Here’s the latest sign that co-working spaces are going mainstream: They’re popping up in the suburbs.
Jennifer Blanchard Belk founded Loom in downtown Fort Mill because she found working from home too distracting and knew others felt the same way. She and her husband would sometimes end up at Starbucks at the same time, tapping away on their laptops.
“We couldn’t work at home,” she said, “because the dogs were there and the laundry’s there.”
Over in Concord, Ryan McMahon saw a way to capitalize on technology that allows people to work just about anywhere, so he and four colleagues founded HB5.
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Both spots reflect the growth of interest in work spaces that allow people to work independently or collaborate in an environment designed to be more inviting than a traditional, cubicle-filled office. And both took inspiration from the growth of such spaces in center city Charlotte, which is home to more than half a dozen.
The owners of Loom and HB5 hope to appeal to those in their respective communities who want a co-working environment without having to drive to Charlotte.
They want to attract workers who want the benefit of an office space, without the hefty leases. Co-working spaces are also known for amenities, from free Internet to conference rooms and even networking and educational opportunities.
Statistics bear out the demand: The International Data Corp. estimates that U.S. mobile workers – those not tied to a desk thanks to mobile technology – numbered more than 96 million last year.
Lauren Fowler of Rock Hill is one of those mobile workers. Realizing she hadn’t left the house in days, Fowler said she knew she needed to find a space to work away from home.
Her job as a commercial interior designer for a company in Seattle and online graduate classes at Boston Architectural College allow her to be completely mobile. While there are benefits, Fowler also describes it as “a little bit of a roller coaster.”
“It was really quickly that I started missing the social interaction,” she said. “Even just getting out of the house (and) having a daily routine.”
That’s when she found Loom. Just a 15-minute drive from her house in Rock Hill, the site provides not only flexible workspaces, but a sense of belonging, too, she said.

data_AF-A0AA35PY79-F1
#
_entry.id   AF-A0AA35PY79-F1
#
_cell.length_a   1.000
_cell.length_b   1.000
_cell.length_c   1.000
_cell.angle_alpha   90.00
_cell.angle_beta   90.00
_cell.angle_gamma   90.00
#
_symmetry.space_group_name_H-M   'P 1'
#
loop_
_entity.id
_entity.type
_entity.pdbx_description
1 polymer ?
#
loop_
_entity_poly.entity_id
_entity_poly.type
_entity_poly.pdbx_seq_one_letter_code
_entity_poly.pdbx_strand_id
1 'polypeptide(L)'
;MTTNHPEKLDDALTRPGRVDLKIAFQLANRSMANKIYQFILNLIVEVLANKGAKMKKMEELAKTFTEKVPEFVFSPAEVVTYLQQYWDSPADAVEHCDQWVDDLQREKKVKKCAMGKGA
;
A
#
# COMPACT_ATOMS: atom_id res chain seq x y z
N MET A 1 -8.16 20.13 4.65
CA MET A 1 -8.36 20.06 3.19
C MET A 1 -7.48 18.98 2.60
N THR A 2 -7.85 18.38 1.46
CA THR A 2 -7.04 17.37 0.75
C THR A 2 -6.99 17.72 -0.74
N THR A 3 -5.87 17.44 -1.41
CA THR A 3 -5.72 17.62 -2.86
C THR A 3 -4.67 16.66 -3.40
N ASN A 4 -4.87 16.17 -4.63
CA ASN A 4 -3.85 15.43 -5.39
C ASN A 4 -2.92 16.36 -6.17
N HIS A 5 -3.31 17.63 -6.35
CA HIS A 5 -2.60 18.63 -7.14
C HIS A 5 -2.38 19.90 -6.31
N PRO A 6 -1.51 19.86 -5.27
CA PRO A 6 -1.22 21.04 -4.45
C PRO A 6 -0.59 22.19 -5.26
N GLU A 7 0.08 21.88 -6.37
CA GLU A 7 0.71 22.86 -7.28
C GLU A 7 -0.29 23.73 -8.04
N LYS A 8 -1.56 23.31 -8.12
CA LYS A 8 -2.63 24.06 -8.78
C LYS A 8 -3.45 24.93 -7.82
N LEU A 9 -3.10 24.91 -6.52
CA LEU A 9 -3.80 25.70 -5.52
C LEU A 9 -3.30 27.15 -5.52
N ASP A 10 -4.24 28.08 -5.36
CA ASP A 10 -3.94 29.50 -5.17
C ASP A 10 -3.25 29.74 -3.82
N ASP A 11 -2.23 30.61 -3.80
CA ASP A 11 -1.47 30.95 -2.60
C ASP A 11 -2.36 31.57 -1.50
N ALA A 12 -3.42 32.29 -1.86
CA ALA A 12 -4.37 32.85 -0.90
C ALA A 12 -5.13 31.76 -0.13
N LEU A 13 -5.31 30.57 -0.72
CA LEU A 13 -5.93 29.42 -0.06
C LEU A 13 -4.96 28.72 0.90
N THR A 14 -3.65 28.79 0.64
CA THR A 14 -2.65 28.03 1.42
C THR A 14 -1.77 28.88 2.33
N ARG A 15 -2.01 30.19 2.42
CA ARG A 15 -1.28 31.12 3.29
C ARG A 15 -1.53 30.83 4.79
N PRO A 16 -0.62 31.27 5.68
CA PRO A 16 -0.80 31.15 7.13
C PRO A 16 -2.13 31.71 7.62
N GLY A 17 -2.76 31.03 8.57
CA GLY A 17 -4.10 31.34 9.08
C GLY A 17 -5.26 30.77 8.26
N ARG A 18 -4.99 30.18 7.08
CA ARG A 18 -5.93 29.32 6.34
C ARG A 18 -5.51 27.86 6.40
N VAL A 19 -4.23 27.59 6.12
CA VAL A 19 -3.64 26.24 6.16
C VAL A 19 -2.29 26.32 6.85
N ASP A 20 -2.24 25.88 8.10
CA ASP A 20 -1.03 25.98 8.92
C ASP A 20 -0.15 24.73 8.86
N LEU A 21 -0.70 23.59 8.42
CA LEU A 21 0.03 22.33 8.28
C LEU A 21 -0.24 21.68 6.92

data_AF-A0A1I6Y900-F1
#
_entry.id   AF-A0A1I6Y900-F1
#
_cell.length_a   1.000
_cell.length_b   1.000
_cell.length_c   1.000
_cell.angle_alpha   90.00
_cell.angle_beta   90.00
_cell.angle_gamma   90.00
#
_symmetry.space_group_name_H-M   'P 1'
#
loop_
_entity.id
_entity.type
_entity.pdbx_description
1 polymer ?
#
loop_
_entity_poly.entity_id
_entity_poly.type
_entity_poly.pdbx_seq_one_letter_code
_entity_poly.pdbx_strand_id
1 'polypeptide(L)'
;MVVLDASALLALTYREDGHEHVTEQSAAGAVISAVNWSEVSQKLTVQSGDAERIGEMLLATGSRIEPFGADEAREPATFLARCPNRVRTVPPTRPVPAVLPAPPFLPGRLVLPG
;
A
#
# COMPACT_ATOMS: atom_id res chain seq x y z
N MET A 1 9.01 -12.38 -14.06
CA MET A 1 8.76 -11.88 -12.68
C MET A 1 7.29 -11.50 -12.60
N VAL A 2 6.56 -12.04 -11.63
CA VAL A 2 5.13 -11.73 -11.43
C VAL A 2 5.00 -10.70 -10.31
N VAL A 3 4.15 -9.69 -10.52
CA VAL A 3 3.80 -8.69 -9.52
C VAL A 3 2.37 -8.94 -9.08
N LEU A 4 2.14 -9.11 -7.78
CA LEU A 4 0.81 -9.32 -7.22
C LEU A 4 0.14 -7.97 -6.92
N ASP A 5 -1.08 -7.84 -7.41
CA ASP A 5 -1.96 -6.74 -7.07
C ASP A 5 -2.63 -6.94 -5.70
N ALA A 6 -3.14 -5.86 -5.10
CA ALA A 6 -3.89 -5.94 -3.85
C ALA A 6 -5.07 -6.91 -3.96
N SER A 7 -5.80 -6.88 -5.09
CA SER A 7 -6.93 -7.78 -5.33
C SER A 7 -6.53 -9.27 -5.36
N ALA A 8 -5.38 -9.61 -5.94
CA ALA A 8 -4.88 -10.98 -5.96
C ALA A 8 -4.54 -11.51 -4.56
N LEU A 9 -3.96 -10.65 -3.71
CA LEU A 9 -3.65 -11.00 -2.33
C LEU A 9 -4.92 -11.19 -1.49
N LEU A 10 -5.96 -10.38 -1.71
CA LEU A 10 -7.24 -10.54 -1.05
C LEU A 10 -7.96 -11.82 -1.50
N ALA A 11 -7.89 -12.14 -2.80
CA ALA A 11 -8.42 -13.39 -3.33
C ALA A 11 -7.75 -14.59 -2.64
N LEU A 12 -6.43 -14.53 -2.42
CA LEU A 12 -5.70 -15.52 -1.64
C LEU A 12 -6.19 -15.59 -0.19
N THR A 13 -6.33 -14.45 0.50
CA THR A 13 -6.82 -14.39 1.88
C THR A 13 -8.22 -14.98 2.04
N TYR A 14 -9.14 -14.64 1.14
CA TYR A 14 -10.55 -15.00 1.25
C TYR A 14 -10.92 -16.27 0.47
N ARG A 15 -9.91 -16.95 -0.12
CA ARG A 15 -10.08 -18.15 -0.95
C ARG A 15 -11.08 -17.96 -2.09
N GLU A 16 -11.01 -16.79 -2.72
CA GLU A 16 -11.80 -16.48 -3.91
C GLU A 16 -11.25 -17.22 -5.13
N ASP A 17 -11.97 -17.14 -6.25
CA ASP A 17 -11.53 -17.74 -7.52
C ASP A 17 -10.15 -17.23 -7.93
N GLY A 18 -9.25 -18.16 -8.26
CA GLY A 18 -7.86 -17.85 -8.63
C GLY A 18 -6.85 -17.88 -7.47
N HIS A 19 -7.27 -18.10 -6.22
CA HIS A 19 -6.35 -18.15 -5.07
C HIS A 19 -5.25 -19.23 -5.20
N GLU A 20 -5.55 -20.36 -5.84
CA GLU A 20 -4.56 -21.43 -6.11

Yarn means ‘don’t bother me’
“I’m concentrating. I’m on a roll. Don’t bother me.” That’s what the little red ball of yarn means at Loom.
If you don’t have the ball of yarn at your seat, you might be making conversation or collaborating – that’s what a co-working atmosphere is all about. You might be sitting at one of the high top tables, or maybe you’re in the comfortable orange cushioned chairs. Regardless, you can hear the hum of conversation throughout the main room.
The yarn, like the name Loom itself, reflects Fort Mill’s textile heritage. The walls are lined with artwork from Fort Mill High School seniors. And Belk said she has plans to showcase artwork from K-12 art teachers and different textile art.
Belk, 42, owner of Loom Coworking, knew from experience how challenging it was to be completely mobile. Last year, Belk worked independently from her home on a textbook for high school students interested in studying design and architecture.
“It was great,” she said. “But it was unbelievably isolating.”
And she wasn’t the only one experiencing this.
Nine of her 10 neighbors did not go into an office to work, Belk said. Being at home is sometimes too distracting.
In a county where about 30,000 commute to Mecklenburg County for work, Belk wanted her space to reflect the culture of Fort Mill.
“We wanted somewhere that just lives and breathes Fort Mill and you couldn’t just pick it up and plop it into another place,” she said.
Opened at the beginning of June, the co-working space already has about a dozen members. And Belk hopes to get more in September when Loom moves into its permanent – and larger – building next door.
Getting the message out
Too many businesses aren’t putting the needs of their workers first, said McMahon, one of the founding five members of HB5 in Concord.
“At some point, if you lose sight of people being the most important part of (a business),” he said, “then you lose sight of why businesses exist.”
The founders of HB5 wanted to change that. McMahon, 32, said the founders saw an opportunity to create an environment that meets workers’ needs. HB5 opened in late 2015.
But what does it stand for? It refers to the founders, who call themselves the “Hyperbolic Five,” McMahon said.
“It is an homage to all the people who, at one point or another, have looked at us and have said, ‘You’re talking in hyperboles. You’re never going to get this done,’” McMahon said. “It’s kind of a gentle poke in the eye to anybody who has ever told us it’s not going to happen.”
Since opening, HB5 has expanded and the 4,800-square-foot space now covers two floors on Union Street in Concord’s historic district.
The co-working site has 10 members and several company memberships. It’s also the home of Trinsik, a company co-founded by McMahon that’s designed to nurture start-ups.
McMahon said that while HB5’s growth in memberships may seem slow, he continues to get the message of co-working to the residents of Concord. Many are still wary of changing from the traditional office environment, he said. So he views his job partially as an educator.
“Every co-working facility has its own flavor,” he said. HB5 is “a petri dish for cool ideas to germinate and grow.”
Rachel Stone: (704) 358-5334, @RStone1317
Location: 118 Academy Street, Fort Mill
Cost: Flexible options with prices ranging from a day pass for $20 to a dedicated workspace for $299 per month, or about $12 per day
Amenities: Free coffee, free Internet and printing, meeting rooms and more
Location: 42 Union Street South Suite A, Concord
Cost: $20 a day or $150 a month
Amenities: Free coffee, free Internet, standing or sitting desk options and more